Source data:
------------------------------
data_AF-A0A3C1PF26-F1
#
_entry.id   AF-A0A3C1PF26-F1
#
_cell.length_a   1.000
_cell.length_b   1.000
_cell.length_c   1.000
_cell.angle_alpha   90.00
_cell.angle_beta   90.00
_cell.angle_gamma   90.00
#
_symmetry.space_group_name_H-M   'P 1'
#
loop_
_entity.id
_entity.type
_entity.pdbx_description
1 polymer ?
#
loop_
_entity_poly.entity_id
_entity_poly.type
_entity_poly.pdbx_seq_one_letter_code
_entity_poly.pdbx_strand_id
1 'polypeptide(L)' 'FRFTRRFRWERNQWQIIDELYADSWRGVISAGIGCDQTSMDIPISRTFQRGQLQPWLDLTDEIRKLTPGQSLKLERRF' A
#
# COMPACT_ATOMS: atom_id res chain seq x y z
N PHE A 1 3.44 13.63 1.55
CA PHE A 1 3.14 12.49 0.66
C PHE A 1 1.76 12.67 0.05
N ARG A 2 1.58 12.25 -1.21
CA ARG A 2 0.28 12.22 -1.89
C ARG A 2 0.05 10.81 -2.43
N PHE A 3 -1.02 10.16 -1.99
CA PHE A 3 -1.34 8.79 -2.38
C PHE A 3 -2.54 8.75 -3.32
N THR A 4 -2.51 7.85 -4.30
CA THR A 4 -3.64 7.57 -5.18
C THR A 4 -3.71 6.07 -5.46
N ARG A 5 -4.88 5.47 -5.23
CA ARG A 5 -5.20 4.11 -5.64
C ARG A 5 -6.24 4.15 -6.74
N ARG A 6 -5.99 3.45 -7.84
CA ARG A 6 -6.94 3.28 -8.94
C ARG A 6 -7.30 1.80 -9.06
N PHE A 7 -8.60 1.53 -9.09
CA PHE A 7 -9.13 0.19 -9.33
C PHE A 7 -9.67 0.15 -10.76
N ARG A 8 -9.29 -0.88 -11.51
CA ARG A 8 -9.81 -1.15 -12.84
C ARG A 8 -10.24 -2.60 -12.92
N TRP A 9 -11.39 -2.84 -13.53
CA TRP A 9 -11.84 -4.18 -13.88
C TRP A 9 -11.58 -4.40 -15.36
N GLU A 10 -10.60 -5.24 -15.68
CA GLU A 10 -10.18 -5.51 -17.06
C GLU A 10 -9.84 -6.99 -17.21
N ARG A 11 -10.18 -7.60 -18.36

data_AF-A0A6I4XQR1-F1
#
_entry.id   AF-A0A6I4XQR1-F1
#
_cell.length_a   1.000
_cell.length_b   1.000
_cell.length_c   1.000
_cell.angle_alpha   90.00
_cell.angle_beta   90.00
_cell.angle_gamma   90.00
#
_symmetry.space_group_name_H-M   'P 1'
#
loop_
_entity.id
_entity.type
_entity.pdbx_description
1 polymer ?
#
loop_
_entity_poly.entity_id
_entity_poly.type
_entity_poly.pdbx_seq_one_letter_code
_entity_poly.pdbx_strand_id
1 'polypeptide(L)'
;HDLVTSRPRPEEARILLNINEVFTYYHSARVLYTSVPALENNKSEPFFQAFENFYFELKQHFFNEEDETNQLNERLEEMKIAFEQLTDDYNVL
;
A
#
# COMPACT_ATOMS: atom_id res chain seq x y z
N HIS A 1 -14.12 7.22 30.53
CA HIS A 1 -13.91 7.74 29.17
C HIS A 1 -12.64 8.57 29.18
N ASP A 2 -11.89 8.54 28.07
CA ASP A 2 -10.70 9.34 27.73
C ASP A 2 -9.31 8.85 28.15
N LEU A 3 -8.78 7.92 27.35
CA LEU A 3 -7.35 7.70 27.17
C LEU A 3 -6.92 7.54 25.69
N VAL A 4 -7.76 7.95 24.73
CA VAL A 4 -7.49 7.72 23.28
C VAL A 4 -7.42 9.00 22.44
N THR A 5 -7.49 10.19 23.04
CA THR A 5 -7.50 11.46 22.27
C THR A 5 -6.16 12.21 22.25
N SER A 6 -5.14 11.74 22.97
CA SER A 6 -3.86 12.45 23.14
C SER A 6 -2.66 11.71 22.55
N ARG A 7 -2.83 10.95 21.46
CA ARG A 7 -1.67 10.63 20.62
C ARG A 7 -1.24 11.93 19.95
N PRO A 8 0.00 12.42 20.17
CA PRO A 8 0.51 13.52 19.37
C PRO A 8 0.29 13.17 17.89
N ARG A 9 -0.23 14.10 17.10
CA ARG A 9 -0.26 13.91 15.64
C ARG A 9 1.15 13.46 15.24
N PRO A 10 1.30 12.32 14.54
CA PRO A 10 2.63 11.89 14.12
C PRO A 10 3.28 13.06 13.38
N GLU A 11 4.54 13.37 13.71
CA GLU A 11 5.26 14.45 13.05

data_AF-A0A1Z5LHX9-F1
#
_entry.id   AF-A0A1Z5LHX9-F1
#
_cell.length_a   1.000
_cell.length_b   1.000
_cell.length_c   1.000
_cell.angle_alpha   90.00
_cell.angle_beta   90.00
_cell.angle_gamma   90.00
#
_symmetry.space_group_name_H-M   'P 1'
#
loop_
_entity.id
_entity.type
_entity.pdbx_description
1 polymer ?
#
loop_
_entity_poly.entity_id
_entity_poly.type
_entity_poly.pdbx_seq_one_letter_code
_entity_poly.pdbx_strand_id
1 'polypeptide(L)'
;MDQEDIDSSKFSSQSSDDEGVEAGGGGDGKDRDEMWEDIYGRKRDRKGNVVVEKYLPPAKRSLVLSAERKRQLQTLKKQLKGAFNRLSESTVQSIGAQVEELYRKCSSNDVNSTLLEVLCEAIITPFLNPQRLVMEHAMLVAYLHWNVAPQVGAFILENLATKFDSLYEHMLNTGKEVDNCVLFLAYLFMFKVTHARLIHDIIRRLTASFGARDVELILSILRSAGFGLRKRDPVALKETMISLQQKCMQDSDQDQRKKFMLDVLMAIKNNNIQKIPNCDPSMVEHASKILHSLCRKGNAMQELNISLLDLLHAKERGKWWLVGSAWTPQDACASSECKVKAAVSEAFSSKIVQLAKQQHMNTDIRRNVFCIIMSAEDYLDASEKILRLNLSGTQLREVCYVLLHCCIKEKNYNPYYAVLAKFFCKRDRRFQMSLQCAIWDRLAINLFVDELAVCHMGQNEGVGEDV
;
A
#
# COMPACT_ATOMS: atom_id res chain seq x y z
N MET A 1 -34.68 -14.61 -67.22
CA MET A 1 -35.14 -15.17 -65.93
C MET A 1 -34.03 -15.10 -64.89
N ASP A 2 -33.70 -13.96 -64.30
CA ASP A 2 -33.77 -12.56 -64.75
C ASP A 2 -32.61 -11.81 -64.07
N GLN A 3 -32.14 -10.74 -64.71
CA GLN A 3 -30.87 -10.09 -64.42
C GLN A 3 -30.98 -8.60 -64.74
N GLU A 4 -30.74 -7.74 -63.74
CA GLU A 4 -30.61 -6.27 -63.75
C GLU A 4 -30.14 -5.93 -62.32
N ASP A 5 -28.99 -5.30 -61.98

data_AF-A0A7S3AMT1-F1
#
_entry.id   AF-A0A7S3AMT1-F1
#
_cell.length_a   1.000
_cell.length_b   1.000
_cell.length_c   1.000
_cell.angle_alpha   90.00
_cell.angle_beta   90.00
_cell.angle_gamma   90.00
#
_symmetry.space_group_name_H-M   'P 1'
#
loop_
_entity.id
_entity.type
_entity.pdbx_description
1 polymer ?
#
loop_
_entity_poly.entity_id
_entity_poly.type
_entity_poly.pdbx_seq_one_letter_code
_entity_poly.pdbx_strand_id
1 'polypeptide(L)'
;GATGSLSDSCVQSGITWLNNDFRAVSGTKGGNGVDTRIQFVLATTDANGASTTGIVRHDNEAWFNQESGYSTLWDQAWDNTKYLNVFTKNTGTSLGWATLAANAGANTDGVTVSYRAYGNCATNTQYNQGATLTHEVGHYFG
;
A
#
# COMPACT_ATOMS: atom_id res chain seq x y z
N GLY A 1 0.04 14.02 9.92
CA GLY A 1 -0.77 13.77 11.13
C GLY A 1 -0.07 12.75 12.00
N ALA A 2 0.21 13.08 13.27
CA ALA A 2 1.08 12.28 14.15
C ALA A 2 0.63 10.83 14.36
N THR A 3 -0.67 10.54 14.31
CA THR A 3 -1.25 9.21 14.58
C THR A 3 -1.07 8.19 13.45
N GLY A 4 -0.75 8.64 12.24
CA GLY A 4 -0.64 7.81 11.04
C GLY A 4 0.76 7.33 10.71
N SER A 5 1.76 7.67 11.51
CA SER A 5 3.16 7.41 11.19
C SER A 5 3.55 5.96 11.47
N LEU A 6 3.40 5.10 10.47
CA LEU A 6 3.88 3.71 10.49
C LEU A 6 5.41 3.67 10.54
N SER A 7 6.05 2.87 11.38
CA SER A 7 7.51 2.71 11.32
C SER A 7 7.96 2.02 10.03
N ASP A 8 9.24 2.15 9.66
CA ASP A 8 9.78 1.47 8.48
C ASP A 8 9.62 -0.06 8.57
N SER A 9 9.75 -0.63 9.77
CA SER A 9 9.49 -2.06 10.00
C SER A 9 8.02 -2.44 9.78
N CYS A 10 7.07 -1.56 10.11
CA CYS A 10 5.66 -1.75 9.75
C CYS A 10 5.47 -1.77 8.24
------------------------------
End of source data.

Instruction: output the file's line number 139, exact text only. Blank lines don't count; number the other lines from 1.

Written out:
#